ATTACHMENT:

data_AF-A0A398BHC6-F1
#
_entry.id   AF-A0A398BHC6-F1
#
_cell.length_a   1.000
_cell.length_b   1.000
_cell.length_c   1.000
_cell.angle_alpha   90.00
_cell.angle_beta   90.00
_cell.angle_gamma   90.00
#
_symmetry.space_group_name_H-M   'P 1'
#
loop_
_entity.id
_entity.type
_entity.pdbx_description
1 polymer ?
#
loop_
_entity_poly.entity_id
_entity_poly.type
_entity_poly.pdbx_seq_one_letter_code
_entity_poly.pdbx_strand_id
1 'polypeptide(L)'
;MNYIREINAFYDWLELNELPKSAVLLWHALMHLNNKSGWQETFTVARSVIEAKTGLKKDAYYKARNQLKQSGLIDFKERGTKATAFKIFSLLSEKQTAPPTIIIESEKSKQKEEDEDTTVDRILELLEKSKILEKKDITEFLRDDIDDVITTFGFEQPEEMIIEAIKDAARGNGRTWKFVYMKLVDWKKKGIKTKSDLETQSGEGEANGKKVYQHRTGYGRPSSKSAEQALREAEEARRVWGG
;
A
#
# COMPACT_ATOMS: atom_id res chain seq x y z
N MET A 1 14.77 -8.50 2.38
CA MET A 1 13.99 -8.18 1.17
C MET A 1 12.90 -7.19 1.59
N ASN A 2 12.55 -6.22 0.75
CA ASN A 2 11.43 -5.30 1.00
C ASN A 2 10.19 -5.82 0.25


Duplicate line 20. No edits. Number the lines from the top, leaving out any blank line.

loop_